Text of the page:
By Julie Bort
Barack Obama was famous during his presidency for always appearing cool and calm. The press sometimes called him “no drama Obama” and didn’t always mean it kindly.
He said there was some truth to the nickname when he repeated it on stage this week at a tech conference in Salt Lake City, Utah hosted by software company Qualtrics. But he said, just because he appeared calm, when he was younger he would still sometimes agonize with fear of making a mistake.
“I have an even temperament and I don’t get too high and I don’t get too low, but that doesn’t mean that throughout the presidency and throughout my professional career that there weren’t times when I was constrained by, ‘Man I don’t want to screw this up. I don’t want ot let people down. I don’t want to be seen as having made made a mistake or having failed’,” he said.
It was during his second term that he experienced a “shedding of fear” as he described it and that helped him perform better.
“There’s no doubt by the time I was in my second term I was a better president than I was in my first term and it did not have to do with analysis or policy,” he said. “It had to do with what comes with any career — whether it’s sports or teaching or you name it — you get enough reps, enough repetition and familiarity with the nature of the problems that you start being focused on the task and not how-are-you-doing-on-the-task and the self-consciousness that comes with that.”
He says that’s the attitude that he carried into working on the Iran nuclear deal, which sought to squash Iran’s nuclear weapons program and the Paris Climate accords, a landmark agreement between governments worldwide to jointly address climate change. (President Trump has since vowed the US would abandon participation in the Paris agreement which called for each country to make its own emissions-reduction pledge.)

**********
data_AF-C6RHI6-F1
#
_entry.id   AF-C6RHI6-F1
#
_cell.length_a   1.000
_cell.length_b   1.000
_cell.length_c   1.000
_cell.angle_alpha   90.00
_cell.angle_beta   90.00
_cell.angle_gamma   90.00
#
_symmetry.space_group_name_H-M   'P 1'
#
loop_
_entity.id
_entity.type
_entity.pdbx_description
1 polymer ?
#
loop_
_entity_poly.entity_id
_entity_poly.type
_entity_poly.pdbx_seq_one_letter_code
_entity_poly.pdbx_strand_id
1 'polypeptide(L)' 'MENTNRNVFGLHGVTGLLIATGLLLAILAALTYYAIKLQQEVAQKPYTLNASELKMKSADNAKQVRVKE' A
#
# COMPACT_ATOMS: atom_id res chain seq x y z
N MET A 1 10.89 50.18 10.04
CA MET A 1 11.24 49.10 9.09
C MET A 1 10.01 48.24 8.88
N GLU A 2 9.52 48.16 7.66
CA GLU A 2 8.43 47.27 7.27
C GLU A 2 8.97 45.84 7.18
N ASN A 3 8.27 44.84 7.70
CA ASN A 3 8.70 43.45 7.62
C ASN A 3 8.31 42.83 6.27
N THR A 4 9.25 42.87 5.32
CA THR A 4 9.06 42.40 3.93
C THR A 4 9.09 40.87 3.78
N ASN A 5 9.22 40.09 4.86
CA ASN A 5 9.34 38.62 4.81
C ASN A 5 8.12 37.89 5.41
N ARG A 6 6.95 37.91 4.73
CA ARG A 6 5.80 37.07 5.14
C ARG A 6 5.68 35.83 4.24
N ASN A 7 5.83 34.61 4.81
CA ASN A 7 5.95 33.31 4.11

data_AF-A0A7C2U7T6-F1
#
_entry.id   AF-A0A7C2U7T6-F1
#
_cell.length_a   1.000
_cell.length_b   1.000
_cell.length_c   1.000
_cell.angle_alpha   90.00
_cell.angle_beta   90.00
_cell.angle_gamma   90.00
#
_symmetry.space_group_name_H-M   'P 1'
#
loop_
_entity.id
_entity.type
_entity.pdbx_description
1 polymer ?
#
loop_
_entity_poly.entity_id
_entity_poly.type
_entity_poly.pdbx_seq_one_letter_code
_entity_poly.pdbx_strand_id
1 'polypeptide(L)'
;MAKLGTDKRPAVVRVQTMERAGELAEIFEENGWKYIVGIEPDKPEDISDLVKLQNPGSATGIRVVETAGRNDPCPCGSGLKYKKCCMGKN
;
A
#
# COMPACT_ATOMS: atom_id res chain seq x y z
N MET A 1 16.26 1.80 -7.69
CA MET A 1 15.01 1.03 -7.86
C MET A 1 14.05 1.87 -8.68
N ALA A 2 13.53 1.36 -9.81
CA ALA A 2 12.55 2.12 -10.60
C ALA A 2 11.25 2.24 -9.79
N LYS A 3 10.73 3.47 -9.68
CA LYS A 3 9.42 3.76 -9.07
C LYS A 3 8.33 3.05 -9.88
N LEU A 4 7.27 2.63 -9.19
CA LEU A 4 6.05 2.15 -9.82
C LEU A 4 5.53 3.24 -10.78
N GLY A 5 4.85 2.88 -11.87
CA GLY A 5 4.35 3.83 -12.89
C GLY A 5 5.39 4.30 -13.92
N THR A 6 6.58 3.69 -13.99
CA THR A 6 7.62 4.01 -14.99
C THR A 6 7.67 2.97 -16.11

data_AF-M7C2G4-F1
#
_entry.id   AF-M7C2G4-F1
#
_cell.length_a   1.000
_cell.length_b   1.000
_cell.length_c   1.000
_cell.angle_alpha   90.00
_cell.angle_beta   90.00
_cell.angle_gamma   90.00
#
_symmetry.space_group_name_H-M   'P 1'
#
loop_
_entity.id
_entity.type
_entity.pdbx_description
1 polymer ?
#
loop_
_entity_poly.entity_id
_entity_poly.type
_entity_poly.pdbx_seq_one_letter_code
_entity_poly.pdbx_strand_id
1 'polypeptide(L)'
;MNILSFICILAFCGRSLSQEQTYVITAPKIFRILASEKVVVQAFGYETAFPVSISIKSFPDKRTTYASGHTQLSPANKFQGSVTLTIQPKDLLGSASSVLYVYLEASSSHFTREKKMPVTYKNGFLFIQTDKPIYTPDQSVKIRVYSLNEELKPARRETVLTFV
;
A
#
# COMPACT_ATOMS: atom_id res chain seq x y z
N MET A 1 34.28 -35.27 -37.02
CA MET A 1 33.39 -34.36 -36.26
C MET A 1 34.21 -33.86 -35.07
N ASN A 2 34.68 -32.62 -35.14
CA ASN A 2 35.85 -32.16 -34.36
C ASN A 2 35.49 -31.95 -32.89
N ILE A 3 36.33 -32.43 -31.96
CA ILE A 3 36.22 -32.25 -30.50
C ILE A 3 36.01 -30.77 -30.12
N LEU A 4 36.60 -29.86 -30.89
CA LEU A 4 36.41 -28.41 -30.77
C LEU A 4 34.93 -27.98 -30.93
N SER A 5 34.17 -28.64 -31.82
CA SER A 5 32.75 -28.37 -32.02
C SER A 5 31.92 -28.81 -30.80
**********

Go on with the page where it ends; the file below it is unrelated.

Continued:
By learning how to get comfortable with tackling large, complex problems, Obama says he stopped worrying about making mistakes. Instead he realized, “You know, I got this. And if I make a mistake we’ll figure out how to make up for it, we’ll learn from it.”
He didn’t focus on poll numbers or pundits but focused on “advancing this vision that I have and I hope the country will share, that we create a better country,” he said.
But it was more than just self-confidence that comes from experience. He also took deliberate steps to keep himself focused. This included “not reading my own press.”
He didn’t (and doesn’t) look at comments on social media, or watch the cable news pundits. That included the people berating him, but it also included avoiding people praising him. ” If people were complementary, people assume you know more than you did,” he joked, and that can lead to an inflated ego, which is just as detrimental.
He started to view all of that public commentary on him as a distraction, “Not useful to me in doing my job or solving a problem, but designed to feed possible anxiety.”
And these techniques can work for anyone:
“One way I describe it to my girls is, ironically, by taking your ego out of what you do, it will liberate you and you can ultimately perform better and more comfortably,” he said.
Originally published on Business Insider.
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